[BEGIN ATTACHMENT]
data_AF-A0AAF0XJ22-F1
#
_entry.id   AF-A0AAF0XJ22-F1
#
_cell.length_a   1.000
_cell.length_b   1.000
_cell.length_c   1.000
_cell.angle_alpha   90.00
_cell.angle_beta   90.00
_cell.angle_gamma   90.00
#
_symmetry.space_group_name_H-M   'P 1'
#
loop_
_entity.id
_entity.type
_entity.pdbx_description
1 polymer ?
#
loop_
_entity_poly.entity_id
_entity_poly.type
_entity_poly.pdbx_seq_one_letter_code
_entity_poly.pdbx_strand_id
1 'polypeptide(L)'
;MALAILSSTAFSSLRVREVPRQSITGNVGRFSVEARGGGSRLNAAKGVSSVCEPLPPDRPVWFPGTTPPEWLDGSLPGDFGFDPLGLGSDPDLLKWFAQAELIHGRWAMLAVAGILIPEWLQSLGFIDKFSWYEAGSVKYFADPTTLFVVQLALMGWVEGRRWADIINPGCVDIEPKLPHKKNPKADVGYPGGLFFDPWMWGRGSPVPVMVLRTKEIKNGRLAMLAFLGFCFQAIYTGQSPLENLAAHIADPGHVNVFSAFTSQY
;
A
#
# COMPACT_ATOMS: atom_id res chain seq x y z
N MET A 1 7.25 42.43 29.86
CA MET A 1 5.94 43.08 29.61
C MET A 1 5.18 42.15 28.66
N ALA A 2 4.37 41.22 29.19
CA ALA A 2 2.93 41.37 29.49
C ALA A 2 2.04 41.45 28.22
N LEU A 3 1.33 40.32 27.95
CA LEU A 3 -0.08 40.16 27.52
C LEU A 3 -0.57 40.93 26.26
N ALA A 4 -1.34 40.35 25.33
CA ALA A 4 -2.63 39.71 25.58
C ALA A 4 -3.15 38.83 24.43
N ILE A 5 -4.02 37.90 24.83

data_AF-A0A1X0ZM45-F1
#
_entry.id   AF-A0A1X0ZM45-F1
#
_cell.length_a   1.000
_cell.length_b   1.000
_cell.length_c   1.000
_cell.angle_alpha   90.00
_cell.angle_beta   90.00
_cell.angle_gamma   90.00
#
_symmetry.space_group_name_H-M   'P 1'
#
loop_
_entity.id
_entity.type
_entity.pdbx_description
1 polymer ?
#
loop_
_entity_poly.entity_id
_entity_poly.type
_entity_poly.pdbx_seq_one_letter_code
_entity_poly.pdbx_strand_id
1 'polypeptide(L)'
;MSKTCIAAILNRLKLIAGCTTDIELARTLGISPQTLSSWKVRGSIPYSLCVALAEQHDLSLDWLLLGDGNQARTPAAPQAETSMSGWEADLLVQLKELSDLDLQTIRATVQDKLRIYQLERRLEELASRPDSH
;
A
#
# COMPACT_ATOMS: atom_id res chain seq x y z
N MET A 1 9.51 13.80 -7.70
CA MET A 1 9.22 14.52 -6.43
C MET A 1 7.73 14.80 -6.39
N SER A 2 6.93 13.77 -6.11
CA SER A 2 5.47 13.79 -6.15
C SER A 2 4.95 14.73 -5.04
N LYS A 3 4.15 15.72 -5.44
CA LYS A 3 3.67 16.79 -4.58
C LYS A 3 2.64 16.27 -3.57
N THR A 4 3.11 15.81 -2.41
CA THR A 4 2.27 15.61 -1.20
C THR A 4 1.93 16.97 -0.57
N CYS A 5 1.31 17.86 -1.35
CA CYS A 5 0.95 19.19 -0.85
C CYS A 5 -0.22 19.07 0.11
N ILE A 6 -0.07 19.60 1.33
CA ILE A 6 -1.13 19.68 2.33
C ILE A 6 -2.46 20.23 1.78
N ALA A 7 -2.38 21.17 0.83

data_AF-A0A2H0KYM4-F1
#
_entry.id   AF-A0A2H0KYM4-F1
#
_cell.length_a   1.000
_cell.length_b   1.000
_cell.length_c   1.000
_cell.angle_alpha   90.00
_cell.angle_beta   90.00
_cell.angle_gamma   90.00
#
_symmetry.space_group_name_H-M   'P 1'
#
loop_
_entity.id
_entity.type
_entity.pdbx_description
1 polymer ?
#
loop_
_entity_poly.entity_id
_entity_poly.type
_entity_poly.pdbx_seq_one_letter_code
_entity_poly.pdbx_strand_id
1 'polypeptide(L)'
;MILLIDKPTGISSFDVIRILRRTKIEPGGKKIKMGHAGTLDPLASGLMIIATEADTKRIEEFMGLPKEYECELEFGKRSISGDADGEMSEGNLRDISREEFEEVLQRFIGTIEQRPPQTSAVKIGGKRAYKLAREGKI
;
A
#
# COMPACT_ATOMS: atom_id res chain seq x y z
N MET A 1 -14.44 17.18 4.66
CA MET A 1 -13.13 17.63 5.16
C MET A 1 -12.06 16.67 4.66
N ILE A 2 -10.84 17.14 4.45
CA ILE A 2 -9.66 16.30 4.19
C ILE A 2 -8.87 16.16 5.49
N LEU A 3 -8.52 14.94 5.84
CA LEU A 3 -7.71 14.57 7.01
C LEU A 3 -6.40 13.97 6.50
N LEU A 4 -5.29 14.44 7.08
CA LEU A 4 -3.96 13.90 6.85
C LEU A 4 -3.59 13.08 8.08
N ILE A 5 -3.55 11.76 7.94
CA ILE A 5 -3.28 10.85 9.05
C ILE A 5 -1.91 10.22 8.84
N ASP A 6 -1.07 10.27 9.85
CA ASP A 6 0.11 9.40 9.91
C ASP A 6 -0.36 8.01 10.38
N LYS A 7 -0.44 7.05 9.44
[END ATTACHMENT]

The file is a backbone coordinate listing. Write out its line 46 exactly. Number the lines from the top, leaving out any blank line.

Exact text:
_entry.id   AF-A0A1X0ZM45-F1